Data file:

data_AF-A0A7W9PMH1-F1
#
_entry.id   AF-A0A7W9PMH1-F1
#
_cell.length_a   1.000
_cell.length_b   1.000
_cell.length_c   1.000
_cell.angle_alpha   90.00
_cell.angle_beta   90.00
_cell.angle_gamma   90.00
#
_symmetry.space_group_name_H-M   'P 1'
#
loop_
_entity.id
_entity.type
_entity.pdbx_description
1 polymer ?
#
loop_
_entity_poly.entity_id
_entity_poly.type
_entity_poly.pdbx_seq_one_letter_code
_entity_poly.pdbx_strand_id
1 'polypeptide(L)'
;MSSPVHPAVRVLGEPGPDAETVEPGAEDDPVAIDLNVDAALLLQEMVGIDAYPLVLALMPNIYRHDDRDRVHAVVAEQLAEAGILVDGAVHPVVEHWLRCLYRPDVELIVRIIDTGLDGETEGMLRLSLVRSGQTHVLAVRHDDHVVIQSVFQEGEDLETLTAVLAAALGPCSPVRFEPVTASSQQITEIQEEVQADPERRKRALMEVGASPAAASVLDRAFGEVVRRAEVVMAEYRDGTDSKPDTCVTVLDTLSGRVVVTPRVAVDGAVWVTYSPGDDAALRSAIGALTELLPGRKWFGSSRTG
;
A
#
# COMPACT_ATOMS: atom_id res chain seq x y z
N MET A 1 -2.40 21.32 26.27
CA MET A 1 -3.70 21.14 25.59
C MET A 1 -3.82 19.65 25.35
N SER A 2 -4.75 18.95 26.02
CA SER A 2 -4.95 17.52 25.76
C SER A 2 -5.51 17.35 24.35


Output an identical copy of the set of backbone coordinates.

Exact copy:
data_AF-A0A7W9PMH1-F1
#
_entry.id   AF-A0A7W9PMH1-F1
#
_cell.length_a   1.000
_cell.length_b   1.000
_cell.length_c   1.000
_cell.angle_alpha   90.00
_cell.angle_beta   90.00
_cell.angle_gamma   90.00
#
_symmetry.space_group_name_H-M   'P 1'
#
loop_
_entity.id
_entity.type
_entity.pdbx_description
1 polymer ?
#
loop_
_entity_poly.entity_id
_entity_poly.type
_entity_poly.pdbx_seq_one_letter_code
_entity_poly.pdbx_strand_id
1 'polypeptide(L)'
;MSSPVHPAVRVLGEPGPDAETVEPGAEDDPVAIDLNVDAALLLQEMVGIDAYPLVLALMPNIYRHDDRDRVHAVVAEQLAEAGILVDGAVHPVVEHWLRCLYRPDVELIVRIIDTGLDGETEGMLRLSLVRSGQTHVLAVRHDDHVVIQSVFQEGEDLETLTAVLAAALGPCSPVRFEPVTASSQQITEIQEEVQADPERRKRALMEVGASPAAASVLDRAFGEVVRRAEVVMAEYRDGTDSKPDTCVTVLDTLSGRVVVTPRVAVDGAVWVTYSPGDDAALRSAIGALTELLPGRKWFGSSRTG
;
A
#
# COMPACT_ATOMS: atom_id res chain seq x y z
N MET A 1 -2.40 21.32 26.27
CA MET A 1 -3.70 21.14 25.59
C MET A 1 -3.82 19.65 25.35
N SER A 2 -4.75 18.95 26.02
CA SER A 2 -4.95 17.52 25.76
C SER A 2 -5.51 17.35 24.35